Updated: November 26, 2015 10:39 PM GMT
Josephine Pareja, a resident of a village in Zamboanga City, shows her opposition to the building of a coal plant in her community. (File photo by Joe Torres)
The Philippines will push through with a planned global climate march ahead of highly anticipated U.N. climate talks, even after the activity was canceled in Paris.
Some 10,000 people from social movements, trade unions and religious groups across Manila will march for climate justice on Nov. 28. It comes days before the scheduled Nov. 30 start of the U.N. climate summit in Paris, where world leaders will meet in an attempt to hammer out a global agreement to address climate change.The Manila protest march will carry climate-related themes, like energy transformation; the right to food, land and water; justice and reparations for affected people; protection of the common home; jobs and youth.
Marches and rallies set to coincide with the U.N. climate talks have been canceled in many parts of the world due to heightened security concerns following the Nov. 13 terrorist attacks in Paris.
In Manila, the activist group Kalikasan People's Network for the Environment said it will "send off" the Philippine government's delegation to the Paris meeting with 12 climate action demands.
Leon Dulce, campaign coordinator for Kalikasan, said Philippine President Benigno Aquino should adopt the demand for a "comprehensive, equitable, and legally binding climate protocol" that obliges top polluter countries to drastically cut their greenhouse gas emissions.
"Aquino's continuing failure to address worsening climate disruption in his own backyard has undermined the Philippines' position in the climate talks," said Dulce.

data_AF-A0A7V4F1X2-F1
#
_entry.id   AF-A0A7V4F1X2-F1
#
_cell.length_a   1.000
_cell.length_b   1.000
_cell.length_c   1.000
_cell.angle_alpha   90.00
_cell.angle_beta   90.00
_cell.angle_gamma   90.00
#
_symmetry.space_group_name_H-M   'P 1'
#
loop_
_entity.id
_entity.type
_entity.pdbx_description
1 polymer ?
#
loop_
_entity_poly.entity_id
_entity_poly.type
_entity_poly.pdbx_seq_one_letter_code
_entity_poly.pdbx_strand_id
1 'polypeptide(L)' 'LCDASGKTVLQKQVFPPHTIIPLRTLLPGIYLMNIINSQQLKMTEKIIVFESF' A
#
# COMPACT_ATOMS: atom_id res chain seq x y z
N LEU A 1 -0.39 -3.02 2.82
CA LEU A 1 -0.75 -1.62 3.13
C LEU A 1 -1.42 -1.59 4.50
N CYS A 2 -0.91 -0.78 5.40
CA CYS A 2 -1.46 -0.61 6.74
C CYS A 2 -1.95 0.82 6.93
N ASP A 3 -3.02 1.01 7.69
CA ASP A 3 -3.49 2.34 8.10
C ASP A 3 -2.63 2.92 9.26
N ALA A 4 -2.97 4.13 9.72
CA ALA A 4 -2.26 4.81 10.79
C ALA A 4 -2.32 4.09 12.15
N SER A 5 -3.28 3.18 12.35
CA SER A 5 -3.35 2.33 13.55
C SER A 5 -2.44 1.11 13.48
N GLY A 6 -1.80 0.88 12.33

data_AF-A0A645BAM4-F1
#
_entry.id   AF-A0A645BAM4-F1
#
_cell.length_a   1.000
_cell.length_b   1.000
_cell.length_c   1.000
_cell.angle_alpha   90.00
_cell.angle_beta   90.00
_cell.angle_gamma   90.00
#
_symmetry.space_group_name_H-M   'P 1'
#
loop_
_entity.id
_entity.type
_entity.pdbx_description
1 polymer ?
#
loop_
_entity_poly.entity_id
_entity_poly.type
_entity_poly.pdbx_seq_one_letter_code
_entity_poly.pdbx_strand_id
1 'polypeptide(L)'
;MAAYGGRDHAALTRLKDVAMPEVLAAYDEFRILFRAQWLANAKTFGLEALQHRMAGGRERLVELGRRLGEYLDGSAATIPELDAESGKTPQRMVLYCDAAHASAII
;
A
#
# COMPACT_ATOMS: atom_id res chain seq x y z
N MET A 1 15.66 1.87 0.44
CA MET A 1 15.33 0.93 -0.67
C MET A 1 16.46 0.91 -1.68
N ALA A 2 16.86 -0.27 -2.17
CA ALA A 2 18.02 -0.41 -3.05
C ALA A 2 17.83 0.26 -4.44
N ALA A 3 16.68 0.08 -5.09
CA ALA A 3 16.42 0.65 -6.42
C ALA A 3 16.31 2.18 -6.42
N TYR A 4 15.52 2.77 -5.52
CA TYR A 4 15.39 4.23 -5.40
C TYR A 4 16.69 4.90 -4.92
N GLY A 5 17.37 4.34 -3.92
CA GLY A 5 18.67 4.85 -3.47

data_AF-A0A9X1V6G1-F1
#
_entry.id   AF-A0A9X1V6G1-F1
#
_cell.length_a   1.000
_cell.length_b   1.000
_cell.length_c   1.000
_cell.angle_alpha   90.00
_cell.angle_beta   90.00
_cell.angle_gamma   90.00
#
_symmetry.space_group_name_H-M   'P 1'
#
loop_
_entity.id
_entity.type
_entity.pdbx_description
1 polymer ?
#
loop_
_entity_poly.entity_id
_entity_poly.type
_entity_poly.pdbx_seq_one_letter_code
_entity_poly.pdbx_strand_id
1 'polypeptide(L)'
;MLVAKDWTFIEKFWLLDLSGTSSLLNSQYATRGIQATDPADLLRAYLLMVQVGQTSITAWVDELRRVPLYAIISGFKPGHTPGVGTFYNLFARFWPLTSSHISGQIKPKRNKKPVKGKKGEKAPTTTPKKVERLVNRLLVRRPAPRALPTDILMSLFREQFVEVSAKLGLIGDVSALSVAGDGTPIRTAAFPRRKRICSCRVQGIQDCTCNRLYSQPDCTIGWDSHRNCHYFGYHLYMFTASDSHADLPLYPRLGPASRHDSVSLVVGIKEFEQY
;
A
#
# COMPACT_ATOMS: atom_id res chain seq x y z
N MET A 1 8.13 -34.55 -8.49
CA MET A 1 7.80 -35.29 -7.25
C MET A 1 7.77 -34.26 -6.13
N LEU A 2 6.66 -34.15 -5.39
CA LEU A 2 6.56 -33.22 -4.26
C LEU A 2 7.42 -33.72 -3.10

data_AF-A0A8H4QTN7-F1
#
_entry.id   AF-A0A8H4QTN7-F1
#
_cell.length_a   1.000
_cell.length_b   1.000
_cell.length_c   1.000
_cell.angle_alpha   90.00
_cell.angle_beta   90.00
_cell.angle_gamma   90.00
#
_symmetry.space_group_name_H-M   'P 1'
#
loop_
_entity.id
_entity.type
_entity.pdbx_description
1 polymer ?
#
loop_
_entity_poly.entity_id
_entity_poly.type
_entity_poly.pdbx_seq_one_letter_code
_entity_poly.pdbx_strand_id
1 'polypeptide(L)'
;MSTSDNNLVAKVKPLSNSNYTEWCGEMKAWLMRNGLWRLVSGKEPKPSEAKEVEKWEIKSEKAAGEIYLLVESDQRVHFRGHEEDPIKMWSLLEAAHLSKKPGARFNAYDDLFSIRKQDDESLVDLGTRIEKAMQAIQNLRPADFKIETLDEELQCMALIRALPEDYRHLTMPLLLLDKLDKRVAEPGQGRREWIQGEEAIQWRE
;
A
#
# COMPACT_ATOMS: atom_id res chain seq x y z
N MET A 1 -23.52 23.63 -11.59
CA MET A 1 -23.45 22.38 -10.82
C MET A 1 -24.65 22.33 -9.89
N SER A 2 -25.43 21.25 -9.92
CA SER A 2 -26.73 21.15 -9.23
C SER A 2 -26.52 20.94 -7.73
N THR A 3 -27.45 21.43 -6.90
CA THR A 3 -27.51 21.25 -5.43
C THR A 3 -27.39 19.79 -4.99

Aside from calling for a "just greenhouse gas mitigation scheme," Philippine environmental activists have called for a "widespread system change."
"Urgent action is needed to prevent irreversible global warming," said Dr. Giovanni Tapang, chairman of the group Advocates of Science and Technology for the People.
Tapang said the increasing strength of typhoons in the Philippines "has laid bare the vulnerability of our people to climate hazards."
"It is our people who suffer from climate change effects," said Tapang.
He said disaster strikes when people can no longer cope with hazards.
"The people are more vulnerable to hazards because of poverty, landlessness, joblessness, and government corruption," said Tapang, adding that climate change responses must benefit the poor foremost — not only large businesses or politicians.
"To truly address climate change, we need to address the economic policies that keep our people poor and without the capacity to face increased hazards," Tapang said.
The country's Catholic bishops has earlier called on Filipinos to do their part in combating global warming by planting a tree, not using plastic, segregating waste, and promoting renewable energy, among others.
On Nov. 27, some 300 residents from coal-affected communities staged protests outside government offices in Manila to call for a stop to all coal projects in the country.
"The residents affected by coal projects want to highlight the impact of coal, not only to the people but also to the environment and natural resources," said Gerry Arances, national coordinator of the Philippine Movement for Climate Justice.
There are 19 existing coal-fired power plants operating across the country. In the past five years, the Philippine government has allowed another 20 more to be operational by 2020.